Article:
MLB: Why Wasn’t Joe Girardi Willing To Let CC Sabathia Finish No-Hitter?

April 11, 2010   ·     ·   Jump to comments
Article Source: Bleacher Report - New York Yankees

New York Yankees manager Joe Girardi has both his critics and his advocates.

If Kelly Shoppach hadn’t broken up CC Sabathia’s no-hitter with two outs in the eighth inning of yesterday’s game between the New York Yankees and the Tampa Bay Rays, Girardi would have made a managerial move that could have converted many of his supporters.

He told ESPNNewYork’s  Wallace Matthews, “Shoppach was [CC’s] last hitter, no matter what.” 

That translates to, “If CC had a no-hitter entering the ninth inning, I wouldn’t have let him attempt to make history.”

The reasoning? “You have to think big picture.”

Girardi didn’t want his horse of an ace to throw too many pitches, because he feared doing so could tire him out before October.

But, that’s an unreasonable concern when your pitcher is pursuing history and when your pitcher is the seemingly indefatigable Sabathia. It’s an opportunity that he might never have again.

If Girardi had a history of limiting his ace’s pitch count, this wouldn’t be as surprising. But, the move he says he would have made would have been inconsistent with the way he managed Sabathia last year.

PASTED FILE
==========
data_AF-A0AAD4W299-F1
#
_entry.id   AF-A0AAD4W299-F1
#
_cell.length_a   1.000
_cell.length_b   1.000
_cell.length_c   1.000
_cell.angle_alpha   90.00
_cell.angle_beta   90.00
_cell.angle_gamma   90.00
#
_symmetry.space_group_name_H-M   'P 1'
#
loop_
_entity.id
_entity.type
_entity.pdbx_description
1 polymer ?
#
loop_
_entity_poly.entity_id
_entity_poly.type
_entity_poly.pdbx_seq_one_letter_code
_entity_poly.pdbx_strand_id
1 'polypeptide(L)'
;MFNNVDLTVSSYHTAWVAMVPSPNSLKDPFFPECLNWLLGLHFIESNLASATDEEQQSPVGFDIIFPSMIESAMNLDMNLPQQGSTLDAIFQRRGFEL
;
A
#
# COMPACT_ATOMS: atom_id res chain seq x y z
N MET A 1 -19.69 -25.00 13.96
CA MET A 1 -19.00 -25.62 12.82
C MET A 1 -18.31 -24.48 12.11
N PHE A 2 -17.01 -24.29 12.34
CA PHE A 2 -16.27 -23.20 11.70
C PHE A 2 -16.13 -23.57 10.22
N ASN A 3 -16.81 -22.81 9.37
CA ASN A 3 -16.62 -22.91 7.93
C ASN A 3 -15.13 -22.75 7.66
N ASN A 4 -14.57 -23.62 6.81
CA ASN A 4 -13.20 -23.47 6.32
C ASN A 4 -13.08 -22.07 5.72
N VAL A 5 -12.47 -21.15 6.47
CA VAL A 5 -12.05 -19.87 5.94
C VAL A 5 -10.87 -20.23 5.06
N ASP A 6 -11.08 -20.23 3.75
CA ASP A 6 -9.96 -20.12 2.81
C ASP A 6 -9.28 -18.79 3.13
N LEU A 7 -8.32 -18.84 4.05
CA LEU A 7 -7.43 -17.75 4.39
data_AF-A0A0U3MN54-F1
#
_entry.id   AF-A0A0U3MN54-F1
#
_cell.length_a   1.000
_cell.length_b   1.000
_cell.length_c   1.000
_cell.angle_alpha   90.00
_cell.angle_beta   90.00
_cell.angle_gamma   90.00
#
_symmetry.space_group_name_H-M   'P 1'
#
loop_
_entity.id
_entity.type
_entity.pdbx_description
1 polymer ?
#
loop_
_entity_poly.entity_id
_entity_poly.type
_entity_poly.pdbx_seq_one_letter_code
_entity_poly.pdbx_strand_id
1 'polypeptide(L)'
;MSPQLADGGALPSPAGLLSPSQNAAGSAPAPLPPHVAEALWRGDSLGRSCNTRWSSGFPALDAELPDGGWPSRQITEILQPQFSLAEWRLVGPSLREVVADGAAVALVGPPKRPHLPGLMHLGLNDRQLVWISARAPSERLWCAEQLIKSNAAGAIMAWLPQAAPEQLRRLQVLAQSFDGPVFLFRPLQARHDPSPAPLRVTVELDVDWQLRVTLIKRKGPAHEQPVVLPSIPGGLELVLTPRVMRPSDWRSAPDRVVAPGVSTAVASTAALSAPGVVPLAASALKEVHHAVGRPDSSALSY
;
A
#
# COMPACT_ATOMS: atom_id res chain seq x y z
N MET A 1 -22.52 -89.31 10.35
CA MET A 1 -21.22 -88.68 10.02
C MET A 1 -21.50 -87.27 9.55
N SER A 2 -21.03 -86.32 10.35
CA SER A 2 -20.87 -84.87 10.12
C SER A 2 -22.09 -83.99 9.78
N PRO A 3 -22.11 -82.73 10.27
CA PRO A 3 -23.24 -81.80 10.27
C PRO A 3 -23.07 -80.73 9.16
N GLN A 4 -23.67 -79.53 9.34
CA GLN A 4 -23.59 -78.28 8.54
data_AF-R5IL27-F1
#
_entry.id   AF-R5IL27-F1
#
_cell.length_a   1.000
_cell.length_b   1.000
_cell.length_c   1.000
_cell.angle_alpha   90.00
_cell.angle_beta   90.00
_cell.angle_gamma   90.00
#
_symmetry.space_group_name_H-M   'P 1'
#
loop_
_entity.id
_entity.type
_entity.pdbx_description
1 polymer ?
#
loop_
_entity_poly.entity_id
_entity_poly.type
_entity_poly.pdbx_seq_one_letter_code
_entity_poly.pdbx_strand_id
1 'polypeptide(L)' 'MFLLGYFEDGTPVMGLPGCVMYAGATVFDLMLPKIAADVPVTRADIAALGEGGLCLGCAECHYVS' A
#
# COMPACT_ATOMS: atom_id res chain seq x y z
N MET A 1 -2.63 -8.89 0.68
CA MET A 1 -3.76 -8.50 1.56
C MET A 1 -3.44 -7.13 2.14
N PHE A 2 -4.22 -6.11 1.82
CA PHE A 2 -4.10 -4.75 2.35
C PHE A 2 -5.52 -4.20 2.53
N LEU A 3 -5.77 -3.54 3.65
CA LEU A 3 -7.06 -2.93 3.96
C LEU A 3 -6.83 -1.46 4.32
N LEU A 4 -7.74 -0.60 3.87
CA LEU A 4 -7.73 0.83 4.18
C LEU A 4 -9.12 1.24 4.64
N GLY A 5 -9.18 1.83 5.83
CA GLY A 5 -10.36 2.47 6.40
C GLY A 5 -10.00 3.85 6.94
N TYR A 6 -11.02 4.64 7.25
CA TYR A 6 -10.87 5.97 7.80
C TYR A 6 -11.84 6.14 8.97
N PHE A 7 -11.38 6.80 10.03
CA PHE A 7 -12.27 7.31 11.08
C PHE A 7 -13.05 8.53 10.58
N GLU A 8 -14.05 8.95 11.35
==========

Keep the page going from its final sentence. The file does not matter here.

Let’s review Sabathia’s second start of 2009. The southpaw held a 6-0 lead over Kansas City entering the eighth inning and had already thrown 101 pitches.

Ordinarily, a manager concerned about the “big picture” would pull his pitcher with a six run cushion against one of the league’s weakest offenses, asthe bullpen could easily record the final six outs.

The Girardi of 2009 left Sabathia in for the eighth, eventually pulling his ace with two outs and 108 pitches thrown.

Girardi let Sabathia exceed 120 pitches three times last season. One of those occasions was on April 16th, the southpaw’s third outing of the year.

In that start, Sabathia didn’t have his usual ace stuff, ashe walked five and couldn’t finish the sixth inning, yet Girardi insisted on keeping him on the mound for 122 pitches.

If Sabathia could throw 120+ in his third start of 2009 and still succeed in the playoffs, shouldn’t he be able to throw five or 10 more in his second start of 2010?

He deservedly has the reputation of a horse, so why not?

In addition, Sabathia has an extra day of rest because of tomorrow’s off-day.

Of course, none of this truly matters.

Sabathia lost his no-hit bid after his 111th pitch, so when Girardi pulled him, nobody was surprised.

However, Girardi wouldn’t have told Matthews his intentions if he didn’t mean what he said.

And what he said is worth questioning.

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